CS401: (additional post) what I found at the last Career Fair

So for my last post (probably EVER)…I would like to share what I found out at the last career fair I went to, which was the Boston Startup Job Fair held at Microsoft NERD Center last month.

I think there were about 44 companies there, can’t remember the exact number, all of them are startups, with size ranging from just 2-man company to like about 100 people. And every company was looking for either UI & Web (both front & backend) developers, and Mobile App developers.

I plan to go to another Career Fair definitely after the summer, to see what the bigger companies or corporations are looking for in the developers. But if you want to get a job for the Startups, definitely start learning (if you don’t already know) either web development or mobile app development.

Now there are pros and cons to working for a startup. The startups are small (obviously) and so the employee’s benefit may not be that great (maybe no dental?…just kidding), they probably will not pay for your training or certifications (since they are startups they might not be able to afford it) and the salary is possibly lower than working for bigger companies. On the contrary, some of the benefits…are listed here http://theyec.org/14-top-benefits-of-working-for-a-startup/

But I think I personally might be interested in working for a startup (for a start of my career) because you can actually grow with the company as you keep working, and you won’t be “just” another employee like you would for working at a big companies.

Anyways, good luck for all my graduating classmates, hope you get the jobs that you want!! and for the ones that I’ll be seeing again next semester, have a nice summer vacation!!!

CS401: (additional post) my summer plan 2013

After counting the blog posts, I have only 12, and the course requires 14, so I will write 2 more random, CS-related, but not course-related, ranting posts.

So as titled, I will now describe what my summer plan for this summer is like!

For this summer, I got accepted for the REU program at Depauw University located in the beautiful town of Greencastle, Indiana. The title of the project I applied for is “Problem Solving using Parallel Programming.” here is the link & description http://my.depauw.edu/univ/reu/projects.html

This is a 10-week program. It starts next Wednesday the 29th, and I have to be there on the 28th. They provide up to $600 for traveling expenses. At first I was going to take a plane there, but then I google the town and found out it’s relatively(?) countryside, and no public transportation. Since I will be there for basically 2 1/2 months, I think I’ll need my car so I decided that I will drive there. Google Map says it would take around 15 hours, minus the traffic, to get there. So I will begin my 1-man solitary road trip this coming Sunday. Please wish me luck!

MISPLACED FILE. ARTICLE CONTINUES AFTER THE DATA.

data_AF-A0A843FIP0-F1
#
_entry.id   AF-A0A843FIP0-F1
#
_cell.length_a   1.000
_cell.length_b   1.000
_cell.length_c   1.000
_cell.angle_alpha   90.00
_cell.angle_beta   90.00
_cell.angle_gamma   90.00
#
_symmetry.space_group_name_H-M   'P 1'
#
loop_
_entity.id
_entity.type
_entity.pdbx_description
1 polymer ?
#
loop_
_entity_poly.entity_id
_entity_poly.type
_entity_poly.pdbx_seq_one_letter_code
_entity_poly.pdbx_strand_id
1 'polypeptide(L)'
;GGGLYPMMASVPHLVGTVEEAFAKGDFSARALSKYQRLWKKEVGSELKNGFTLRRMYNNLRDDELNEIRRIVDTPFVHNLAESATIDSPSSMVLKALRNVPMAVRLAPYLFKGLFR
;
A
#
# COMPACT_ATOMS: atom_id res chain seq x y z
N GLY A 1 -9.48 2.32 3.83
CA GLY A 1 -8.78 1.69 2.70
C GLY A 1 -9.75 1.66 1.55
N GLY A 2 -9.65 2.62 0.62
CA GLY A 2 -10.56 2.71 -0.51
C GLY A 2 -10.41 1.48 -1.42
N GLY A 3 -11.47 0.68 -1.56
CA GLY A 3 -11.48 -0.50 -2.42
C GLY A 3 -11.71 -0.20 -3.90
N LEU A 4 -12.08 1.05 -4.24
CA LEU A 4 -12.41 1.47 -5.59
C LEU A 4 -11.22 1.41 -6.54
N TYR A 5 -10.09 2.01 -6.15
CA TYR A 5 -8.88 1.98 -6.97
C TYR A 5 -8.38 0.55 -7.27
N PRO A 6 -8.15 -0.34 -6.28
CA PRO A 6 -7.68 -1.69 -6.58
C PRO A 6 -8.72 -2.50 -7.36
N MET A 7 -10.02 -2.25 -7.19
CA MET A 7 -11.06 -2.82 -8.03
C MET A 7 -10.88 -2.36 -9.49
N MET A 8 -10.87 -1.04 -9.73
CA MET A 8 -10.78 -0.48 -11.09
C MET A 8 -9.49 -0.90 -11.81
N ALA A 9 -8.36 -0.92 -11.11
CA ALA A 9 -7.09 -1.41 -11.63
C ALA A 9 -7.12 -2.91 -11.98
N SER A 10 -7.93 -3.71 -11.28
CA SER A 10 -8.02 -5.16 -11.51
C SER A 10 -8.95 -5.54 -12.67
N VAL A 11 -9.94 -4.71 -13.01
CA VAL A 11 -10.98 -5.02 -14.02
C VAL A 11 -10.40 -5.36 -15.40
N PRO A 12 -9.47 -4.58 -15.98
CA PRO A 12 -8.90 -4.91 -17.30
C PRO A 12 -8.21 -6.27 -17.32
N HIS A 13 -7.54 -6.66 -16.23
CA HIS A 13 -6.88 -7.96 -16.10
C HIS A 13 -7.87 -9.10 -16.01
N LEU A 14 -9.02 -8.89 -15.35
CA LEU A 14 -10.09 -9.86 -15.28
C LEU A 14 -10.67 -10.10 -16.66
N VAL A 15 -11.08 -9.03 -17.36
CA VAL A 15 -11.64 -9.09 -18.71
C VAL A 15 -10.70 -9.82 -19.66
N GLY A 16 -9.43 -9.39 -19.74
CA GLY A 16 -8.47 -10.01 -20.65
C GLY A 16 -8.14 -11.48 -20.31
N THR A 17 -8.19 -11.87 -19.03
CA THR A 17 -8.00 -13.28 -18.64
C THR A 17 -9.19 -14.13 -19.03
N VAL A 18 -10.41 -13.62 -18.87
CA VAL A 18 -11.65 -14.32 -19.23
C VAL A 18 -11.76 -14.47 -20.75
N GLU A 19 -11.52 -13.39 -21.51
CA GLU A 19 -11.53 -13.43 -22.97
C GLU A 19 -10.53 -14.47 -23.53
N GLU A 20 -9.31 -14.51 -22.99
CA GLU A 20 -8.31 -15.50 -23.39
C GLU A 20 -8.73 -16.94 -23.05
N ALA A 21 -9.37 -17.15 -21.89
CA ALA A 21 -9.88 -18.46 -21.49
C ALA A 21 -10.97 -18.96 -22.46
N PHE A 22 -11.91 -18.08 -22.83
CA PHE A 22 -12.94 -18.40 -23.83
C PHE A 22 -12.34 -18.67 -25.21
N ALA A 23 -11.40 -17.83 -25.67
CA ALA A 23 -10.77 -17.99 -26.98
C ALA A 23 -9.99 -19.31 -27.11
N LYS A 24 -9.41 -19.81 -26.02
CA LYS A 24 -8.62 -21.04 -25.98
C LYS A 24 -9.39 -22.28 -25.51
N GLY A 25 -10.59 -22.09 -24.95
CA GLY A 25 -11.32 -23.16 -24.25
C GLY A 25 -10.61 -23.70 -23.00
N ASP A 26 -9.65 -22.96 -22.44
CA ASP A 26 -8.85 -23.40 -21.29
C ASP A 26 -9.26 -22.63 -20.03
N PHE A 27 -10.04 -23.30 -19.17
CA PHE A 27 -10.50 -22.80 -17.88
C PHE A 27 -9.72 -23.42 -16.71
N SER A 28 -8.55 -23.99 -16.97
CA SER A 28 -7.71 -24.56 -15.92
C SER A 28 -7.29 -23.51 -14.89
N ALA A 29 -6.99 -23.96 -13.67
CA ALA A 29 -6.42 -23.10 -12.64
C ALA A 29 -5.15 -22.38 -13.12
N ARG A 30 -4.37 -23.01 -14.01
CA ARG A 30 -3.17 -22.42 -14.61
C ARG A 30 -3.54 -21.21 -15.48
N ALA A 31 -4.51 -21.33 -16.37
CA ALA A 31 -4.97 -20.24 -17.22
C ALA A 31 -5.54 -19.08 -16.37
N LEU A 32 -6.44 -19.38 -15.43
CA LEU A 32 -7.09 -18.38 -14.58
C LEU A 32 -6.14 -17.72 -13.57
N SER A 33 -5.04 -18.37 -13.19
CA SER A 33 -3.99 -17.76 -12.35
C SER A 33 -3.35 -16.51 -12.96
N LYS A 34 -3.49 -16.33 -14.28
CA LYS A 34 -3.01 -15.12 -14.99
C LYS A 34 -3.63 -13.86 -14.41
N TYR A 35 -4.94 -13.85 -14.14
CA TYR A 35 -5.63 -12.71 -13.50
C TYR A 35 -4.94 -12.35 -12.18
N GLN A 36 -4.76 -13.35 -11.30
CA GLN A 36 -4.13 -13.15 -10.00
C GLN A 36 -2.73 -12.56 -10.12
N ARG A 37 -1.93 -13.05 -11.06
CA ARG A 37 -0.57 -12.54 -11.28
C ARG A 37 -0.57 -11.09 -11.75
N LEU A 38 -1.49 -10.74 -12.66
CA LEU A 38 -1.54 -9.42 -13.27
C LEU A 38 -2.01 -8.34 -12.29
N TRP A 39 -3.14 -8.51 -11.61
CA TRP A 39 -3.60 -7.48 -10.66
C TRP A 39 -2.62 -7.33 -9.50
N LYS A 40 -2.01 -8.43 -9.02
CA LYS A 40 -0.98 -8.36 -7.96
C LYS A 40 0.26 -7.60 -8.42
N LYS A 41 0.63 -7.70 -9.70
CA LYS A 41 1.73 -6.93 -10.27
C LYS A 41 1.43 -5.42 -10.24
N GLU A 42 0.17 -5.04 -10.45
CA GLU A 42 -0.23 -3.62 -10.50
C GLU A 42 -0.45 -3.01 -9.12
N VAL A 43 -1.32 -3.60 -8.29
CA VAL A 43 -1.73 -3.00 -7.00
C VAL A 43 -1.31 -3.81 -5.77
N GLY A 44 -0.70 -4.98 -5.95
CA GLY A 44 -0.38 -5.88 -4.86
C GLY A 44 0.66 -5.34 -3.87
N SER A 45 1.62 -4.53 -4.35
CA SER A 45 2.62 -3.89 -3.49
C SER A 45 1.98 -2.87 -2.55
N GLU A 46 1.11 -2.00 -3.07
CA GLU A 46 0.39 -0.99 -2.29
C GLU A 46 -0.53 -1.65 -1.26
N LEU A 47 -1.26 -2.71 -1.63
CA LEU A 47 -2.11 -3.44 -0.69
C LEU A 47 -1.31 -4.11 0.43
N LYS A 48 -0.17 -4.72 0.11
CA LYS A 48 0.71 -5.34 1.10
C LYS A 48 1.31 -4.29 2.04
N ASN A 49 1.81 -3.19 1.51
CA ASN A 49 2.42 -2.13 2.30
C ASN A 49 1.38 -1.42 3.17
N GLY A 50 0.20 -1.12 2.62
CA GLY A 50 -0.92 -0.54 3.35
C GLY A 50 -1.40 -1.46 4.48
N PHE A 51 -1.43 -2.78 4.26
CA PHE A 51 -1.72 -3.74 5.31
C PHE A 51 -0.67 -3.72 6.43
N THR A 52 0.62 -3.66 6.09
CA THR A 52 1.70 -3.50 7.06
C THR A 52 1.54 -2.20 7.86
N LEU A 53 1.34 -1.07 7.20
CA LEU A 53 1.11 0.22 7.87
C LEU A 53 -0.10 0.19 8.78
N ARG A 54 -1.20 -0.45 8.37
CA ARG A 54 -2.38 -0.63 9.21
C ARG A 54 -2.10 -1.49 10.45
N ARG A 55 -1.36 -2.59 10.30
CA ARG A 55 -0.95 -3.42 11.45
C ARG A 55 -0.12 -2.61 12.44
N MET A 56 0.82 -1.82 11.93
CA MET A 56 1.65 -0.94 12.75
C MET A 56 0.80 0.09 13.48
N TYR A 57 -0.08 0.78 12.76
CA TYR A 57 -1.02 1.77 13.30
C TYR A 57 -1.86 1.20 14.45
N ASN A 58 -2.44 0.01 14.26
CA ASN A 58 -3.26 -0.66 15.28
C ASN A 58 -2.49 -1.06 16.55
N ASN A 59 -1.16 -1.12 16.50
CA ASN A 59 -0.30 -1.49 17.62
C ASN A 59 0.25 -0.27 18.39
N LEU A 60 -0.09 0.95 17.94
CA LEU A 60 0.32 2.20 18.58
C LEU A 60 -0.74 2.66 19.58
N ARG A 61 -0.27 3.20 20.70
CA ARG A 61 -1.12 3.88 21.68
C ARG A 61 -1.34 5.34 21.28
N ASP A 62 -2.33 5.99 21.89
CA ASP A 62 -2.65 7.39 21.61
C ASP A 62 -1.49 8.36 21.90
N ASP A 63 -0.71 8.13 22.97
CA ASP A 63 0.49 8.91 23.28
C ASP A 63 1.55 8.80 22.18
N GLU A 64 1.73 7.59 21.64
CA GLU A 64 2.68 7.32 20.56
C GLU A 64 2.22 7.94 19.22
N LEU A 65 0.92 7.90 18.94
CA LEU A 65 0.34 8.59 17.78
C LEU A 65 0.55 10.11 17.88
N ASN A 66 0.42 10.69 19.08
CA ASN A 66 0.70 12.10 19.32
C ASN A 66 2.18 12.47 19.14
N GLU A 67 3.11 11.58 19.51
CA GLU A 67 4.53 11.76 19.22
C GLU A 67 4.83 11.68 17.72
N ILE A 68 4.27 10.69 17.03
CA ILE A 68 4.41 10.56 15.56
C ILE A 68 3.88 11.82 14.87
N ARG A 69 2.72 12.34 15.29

So far, we have not decided on what kind of problem we will try to solve for the summer. But I know that we will be programming in Erlang language. Erlang is a functional programming language that is mostly used for Parallism…or so Google says. Now I have started reading the book on Erlang, just to get a bit of a head start so I won’t be super lost next week, and it is quite different from (what the book calls) “imperative” language like C++, Java, etc. For example, it is highly similar to real mathematical equation in terms of the use of variables, like lets say, x = 5; you cannot say x = 5+1 now, because 5 != 6.

Anyways, then I was researching whether learning this language would make my resume look better and help me get a job after graduation, and the answer is…”depends.”

So Erlang is mostly used for solving problem through parallelism to speed up the computation time exponentially. But most of the time, this only happens in research institutions, not really business corporations. So if I want a research job, or grad school, knowing functional language will help upping my candidacy a bit. Although I guess more and more companies are starting to utilize parallel programming and more functional programming jobs are becoming more available, and the pay is quite good (w/ experience of course). So if it turns out I am able to pick up the language and I like it, I might as well stick with it, since some article said that non-mainstream language programmers hardly ever get laid off….so we’ll see!!

*EDIT: after some more googling around, I found that there are quite a few of jobs available for Erlang with OTP and databases…so yeaa I will see how far I can understand the language after the summer!